The organizational structures of companies generally fall into two categories: centralized and decentralized. Centralized organizations tend to concentrate decision-making at the highest levels. These companies develop plans at the headquarters and push those plans out to subordinate organizations. Decentralized organizations allow their subordinate organizations to enjoy a relatively high-level of autonomy. Although these companies still make major strategy decisions at the headquarter level, day-to-day operations are left up to subordinate organizations to derive and implement (Wild, Wild, & Han, 2008).
Although centralized and decentralized organizational structures give a high-level overview of how companies organize, four specific organizational structures go further in their description of a company’s specific implementation. The international division structure separates domestic management from international management. The international area structure divides the entire company based on the areas it serves. The global product structure divides the company based on the products it produces. Finally, the global matrix structure divides the company both by the products it makes and the areas it serves. This structure can be problematic since each manager effectively has two managers: one area manager and one product manager (Wild, Wild, & Han, 2008).
When it first began international operations, Company X divided the organization into two parts: domestic and international. This is an example of international division structure. This has the benefit of building international expertise in one division of the organization. Other structures such as global product structure require members of multiple divisions to be experts in the various aspects of foreign trade. Unfortunately, this structure often leads to dependence on the financial and technical expertise of the domestic division. Additionally, although international expertise is concentrated in the international division, the breadth of knowledge required to operate in all international markets can be taxing on the international division leadership (Wild, Wild, & Han, 2008).
If Company X continues in their current structure, they will begin to create sub-divisions within the international division based on each international market the enter. Company X will need to develop strong international leadership in order to effectively manage disparate groups of foreign workers. International companies like Nestle have strong leadership development programs specifically targeted at putting high potential managers in positions that give them a high probability of success.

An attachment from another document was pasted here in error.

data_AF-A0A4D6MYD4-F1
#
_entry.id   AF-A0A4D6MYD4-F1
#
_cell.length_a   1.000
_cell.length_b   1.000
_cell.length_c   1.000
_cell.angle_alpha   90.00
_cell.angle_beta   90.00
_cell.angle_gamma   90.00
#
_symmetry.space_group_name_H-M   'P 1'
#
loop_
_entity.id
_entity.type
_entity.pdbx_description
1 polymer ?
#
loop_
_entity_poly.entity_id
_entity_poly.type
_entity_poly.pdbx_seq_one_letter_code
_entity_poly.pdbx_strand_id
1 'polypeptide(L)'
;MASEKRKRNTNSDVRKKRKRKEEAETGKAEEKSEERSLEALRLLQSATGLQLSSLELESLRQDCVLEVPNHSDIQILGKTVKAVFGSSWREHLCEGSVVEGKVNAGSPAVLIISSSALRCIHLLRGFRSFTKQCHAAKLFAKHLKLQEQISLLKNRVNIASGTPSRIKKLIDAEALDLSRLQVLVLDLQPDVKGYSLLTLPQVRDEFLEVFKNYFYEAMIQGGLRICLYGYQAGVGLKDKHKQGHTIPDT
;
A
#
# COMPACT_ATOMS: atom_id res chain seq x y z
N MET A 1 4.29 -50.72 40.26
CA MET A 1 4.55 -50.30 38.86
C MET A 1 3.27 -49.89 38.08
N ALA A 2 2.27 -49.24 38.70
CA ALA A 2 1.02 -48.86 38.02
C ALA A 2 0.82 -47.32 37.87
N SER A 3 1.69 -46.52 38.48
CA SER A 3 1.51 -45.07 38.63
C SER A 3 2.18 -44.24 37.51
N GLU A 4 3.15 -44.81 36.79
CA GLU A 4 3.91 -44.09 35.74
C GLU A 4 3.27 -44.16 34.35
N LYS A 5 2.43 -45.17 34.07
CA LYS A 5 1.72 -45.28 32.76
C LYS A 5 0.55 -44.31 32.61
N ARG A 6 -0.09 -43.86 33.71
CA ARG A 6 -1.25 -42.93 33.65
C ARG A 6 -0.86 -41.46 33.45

As the company continues to grow, it might find the international division has outgrown its usefulness as a single division. At this point, it would make sense for the company to reorganize under an international area structure. This would create new divisions based on large geographic areas rather than just dividing the company into domestic and international divisions. This structure has the advantage of allowing each region to run itself. Rather than concentrating leadership at the top level, each region enjoys a certain measure of autonomy. For example, each region would have its own research and development group. This R&D group would be able to focus on product development that specifically benefits the local market (Wild, Wild, & Han, 2008). Obviously, the benefits from local R&D are shared throughout the company.
If Company X plans to reorganize in the future, it needs to begin implementing leadership programs now. Company X should look to the example of Nestle in designing its own leadership building programs. Nestle has two policies specifically designed to find the best management candidate. First, it has an extensive internal training program. Nestle’s premier management candidates receive a month long management training at Nestle’s headquarters. Additionally, Nestle partners with the International Institute for Management Development (IMD) to provide additional education resources. Finally, Nestle prefers to promote from within rather than use headhunters to find managers. This has the benefit of ensuring that all Nestle divisions are run with the same corporate principles (Reichlin, 2004).
Reichlin, I. (2004). Getting the global view: Nestle, led by Peter Brabeck-Letmathe, climbs to the #1 spot in this year’s Best Companies for Leaders. The Chief Executive. Retrieved January 12, 2009, from http://findarticles.com
Wild, J. J., Wild, K. L., & Han, J. C. (2008). International business: The challenges of globalization. (4th ed.). Upper Saddle River, NJ: Pearson.